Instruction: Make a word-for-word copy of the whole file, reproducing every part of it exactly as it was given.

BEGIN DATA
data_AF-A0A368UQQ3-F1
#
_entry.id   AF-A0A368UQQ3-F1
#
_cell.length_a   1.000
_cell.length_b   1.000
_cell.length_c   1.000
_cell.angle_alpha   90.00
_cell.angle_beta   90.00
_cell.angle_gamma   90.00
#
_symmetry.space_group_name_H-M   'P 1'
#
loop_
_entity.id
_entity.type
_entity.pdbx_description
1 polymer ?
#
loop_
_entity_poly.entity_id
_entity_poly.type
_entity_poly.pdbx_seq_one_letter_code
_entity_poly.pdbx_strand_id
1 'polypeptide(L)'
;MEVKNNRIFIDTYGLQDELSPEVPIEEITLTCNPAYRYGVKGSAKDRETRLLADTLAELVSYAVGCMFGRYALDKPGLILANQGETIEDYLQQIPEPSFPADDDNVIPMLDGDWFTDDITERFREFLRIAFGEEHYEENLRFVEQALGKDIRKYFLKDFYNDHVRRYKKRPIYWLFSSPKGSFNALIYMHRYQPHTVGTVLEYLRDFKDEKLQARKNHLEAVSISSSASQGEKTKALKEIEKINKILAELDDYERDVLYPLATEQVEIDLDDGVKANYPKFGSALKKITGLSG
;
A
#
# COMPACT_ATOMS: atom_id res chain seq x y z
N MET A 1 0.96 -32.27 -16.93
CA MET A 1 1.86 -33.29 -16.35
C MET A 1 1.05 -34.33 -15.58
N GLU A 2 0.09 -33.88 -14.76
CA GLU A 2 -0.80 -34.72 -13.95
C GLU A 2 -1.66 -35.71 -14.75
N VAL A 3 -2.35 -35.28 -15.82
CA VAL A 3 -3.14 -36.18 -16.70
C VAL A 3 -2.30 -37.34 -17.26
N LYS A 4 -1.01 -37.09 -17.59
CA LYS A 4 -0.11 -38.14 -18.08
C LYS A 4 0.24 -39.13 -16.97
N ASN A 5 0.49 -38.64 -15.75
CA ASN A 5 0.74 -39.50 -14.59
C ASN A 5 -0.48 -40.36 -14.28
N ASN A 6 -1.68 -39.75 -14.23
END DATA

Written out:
data_AF-A0A368UQQ3-F1
#
_entry.id   AF-A0A368UQQ3-F1
#
_cell.length_a   1.000
_cell.length_b   1.000
_cell.length_c   1.000
_cell.angle_alpha   90.00
_cell.angle_beta   90.00
_cell.angle_gamma   90.00
#
_symmetry.space_group_name_H-M   'P 1'
#
loop_
_entity.id
_entity.type
_entity.pdbx_description
1 polymer ?
#
loop_
_entity_poly.entity_id
_entity_poly.type
_entity_poly.pdbx_seq_one_letter_code
_entity_poly.pdbx_strand_id
1 'polypeptide(L)'
;MEVKNNRIFIDTYGLQDELSPEVPIEEITLTCNPAYRYGVKGSAKDRETRLLADTLAELVSYAVGCMFGRYALDKPGLILANQGETIEDYLQQIPEPSFPADDDNVIPMLDGDWFTDDITERFREFLRIAFGEEHYEENLRFVEQALGKDIRKYFLKDFYNDHVRRYKKRPIYWLFSSPKGSFNALIYMHRYQPHTVGTVLEYLRDFKDEKLQARKNHLEAVSISSSASQGEKTKALKEIEKINKILAELDDYERDVLYPLATEQVEIDLDDGVKANYPKFGSALKKITGLSG
;
A
#
# COMPACT_ATOMS: atom_id res chain seq x y z
N MET A 1 0.96 -32.27 -16.93
CA MET A 1 1.86 -33.29 -16.35
C MET A 1 1.05 -34.33 -15.58
N GLU A 2 0.09 -33.88 -14.76
CA GLU A 2 -0.80 -34.72 -13.95
C GLU A 2 -1.66 -35.71 -14.75
N VAL A 3 -2.35 -35.28 -15.82
CA VAL A 3 -3.14 -36.18 -16.70
C VAL A 3 -2.30 -37.34 -17.26
N LYS A 4 -1.01 -37.09 -17.59
CA LYS A 4 -0.11 -38.14 -18.08
C LYS A 4 0.24 -39.13 -16.97
N ASN A 5 0.49 -38.64 -15.75
CA ASN A 5 0.74 -39.50 -14.59
C ASN A 5 -0.48 -40.36 -14.28
N ASN A 6 -1.68 -39.75 -14.23